The debt ratings of Portugal and
Greece remain at risk of being cut due to concern about how a European Union
rescue fund may affect holders of the two nations’ sovereign bonds, Standard
& Poor’s said.
The ratings company kept Portugal’s
A- long-term, A2 short- term and Greece’s BB+ long-term ratings on creditwatch
It cited Portugal’s “high external financing
need and limited funding sources.”
Policymakers in both nations have
cut wages and raised taxes to convince investors they can rein in their budget
The efforts have failed to lower
borrowing costs, with the extra yield investors demand to hold 10-year
Portuguese debt over its German equivalents nearing a euro-era record on
concern Portugal may need to follow Greece in seeking a bailout.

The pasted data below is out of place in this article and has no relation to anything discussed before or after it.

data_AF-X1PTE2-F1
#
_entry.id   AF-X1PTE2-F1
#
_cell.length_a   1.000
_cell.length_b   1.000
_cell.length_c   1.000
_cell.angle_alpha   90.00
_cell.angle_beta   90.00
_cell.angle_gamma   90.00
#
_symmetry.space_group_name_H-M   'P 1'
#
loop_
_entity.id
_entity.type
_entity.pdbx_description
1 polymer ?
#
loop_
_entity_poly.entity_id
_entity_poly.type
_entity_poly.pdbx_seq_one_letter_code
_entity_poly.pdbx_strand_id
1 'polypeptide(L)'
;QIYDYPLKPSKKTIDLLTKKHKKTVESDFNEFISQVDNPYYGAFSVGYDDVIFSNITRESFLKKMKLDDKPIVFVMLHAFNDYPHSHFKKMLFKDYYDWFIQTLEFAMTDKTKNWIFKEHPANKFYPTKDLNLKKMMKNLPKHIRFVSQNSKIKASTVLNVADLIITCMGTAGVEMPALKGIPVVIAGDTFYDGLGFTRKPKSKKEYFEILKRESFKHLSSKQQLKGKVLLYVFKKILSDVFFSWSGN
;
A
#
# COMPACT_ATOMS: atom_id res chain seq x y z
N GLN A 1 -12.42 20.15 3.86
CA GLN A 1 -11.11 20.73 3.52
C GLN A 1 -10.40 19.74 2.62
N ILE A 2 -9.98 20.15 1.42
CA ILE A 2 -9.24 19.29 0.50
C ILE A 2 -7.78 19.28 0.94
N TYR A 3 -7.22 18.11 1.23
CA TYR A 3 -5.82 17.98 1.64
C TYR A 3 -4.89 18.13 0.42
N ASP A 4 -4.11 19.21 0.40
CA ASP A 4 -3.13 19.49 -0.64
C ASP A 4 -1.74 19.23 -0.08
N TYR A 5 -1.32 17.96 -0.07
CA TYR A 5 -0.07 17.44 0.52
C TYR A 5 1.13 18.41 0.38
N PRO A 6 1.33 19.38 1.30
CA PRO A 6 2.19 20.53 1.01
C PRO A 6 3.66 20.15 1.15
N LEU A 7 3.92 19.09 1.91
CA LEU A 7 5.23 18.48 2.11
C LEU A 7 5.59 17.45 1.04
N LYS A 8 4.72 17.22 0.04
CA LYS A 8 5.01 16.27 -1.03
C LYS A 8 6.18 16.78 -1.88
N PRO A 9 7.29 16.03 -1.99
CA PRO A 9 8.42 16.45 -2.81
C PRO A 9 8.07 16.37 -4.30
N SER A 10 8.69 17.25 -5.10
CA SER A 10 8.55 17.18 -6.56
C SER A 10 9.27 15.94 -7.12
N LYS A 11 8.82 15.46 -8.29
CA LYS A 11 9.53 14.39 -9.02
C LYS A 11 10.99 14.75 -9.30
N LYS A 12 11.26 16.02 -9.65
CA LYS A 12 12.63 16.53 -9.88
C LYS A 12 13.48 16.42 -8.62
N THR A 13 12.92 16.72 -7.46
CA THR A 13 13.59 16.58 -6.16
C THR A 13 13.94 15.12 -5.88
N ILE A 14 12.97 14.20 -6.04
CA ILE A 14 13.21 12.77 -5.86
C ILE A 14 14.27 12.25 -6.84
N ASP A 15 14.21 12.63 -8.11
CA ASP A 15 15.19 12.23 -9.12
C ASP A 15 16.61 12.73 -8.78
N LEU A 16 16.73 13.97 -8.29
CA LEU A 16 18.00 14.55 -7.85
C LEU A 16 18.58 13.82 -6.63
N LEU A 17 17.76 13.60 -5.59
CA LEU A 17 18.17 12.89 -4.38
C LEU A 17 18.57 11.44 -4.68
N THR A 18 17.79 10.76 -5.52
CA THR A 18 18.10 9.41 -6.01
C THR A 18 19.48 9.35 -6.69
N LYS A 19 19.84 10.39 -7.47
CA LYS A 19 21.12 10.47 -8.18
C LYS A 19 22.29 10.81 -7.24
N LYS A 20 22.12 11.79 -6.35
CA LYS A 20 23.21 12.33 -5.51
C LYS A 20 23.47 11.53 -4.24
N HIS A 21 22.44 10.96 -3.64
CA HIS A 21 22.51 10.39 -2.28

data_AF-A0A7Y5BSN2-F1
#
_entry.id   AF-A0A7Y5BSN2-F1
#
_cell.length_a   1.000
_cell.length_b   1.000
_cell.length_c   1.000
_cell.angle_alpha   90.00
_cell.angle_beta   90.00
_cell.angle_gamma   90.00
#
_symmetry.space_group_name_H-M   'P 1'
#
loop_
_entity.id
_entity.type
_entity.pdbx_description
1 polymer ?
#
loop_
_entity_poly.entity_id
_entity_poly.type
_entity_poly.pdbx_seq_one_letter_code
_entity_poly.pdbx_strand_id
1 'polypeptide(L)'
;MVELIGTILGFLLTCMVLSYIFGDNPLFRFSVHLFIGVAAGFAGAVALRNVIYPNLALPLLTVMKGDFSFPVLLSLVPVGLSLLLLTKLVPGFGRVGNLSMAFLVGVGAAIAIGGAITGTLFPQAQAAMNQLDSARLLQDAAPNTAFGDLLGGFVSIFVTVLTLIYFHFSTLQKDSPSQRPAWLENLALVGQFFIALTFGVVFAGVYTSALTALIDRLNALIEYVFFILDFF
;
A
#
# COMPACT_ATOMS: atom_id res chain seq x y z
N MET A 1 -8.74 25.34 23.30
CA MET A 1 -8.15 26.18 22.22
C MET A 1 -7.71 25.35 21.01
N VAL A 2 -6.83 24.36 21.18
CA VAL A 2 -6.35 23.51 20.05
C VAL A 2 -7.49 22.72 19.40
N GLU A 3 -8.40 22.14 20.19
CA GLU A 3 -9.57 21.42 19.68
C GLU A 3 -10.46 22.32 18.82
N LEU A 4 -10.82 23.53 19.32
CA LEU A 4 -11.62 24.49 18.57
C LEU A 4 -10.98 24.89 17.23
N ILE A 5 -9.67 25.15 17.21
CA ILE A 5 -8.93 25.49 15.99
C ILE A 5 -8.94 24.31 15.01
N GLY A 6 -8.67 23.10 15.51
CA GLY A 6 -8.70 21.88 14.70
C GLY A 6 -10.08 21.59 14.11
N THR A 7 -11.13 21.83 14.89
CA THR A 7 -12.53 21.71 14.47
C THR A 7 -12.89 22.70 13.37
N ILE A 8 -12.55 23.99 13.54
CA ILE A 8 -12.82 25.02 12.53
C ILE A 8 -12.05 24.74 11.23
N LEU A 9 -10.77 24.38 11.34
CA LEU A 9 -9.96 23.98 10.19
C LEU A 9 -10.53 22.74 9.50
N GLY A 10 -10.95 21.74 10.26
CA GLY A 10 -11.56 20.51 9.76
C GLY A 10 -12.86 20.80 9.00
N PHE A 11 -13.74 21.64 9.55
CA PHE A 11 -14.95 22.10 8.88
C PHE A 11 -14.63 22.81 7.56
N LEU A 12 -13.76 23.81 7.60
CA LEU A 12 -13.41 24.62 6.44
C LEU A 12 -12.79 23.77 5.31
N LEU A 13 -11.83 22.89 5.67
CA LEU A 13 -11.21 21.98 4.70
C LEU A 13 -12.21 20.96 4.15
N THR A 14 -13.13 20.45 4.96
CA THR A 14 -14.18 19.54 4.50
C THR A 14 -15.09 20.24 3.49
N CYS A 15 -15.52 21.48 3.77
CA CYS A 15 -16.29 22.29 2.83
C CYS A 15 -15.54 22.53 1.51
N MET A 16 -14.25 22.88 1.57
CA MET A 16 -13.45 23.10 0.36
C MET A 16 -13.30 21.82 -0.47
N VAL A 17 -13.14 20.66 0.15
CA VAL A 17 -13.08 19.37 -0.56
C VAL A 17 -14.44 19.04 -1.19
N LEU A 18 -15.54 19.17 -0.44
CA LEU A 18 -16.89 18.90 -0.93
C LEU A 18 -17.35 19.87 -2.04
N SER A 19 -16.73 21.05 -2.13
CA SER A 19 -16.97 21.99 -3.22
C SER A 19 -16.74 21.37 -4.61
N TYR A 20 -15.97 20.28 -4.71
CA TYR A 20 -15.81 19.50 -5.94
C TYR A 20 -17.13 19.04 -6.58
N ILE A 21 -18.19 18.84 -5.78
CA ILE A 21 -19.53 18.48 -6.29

While the Portuguese government
“has progressed its fiscal stabilization and economic reforms in recent
months,” the nation “could find itself forced to approach” the European Union’s
rescue fund and the International Monetary Fund, S&P said in a statement.
The ratings company in a separate
report said it’s closely monitoring Greece’s progress in following through on
its fiscal reforms.
S&P placed Portugal on
CreditWatch negative on 30 November and Greece on 2 December.
The main risk to the credit
standing of the two nations is the outcome of discussions surrounding the
European Stability Mechanism, according to the reports.
S&P may downgrade both ratings
if Europe’s leaders in late March decide to require borrowers to restructure
their government bonds and make the ESM a preferred creditor, “effectively
subordinating government bond holders,” the rating company said.
Neither country’s debt grade is
likely to be lowered by more than two notches, the reports said.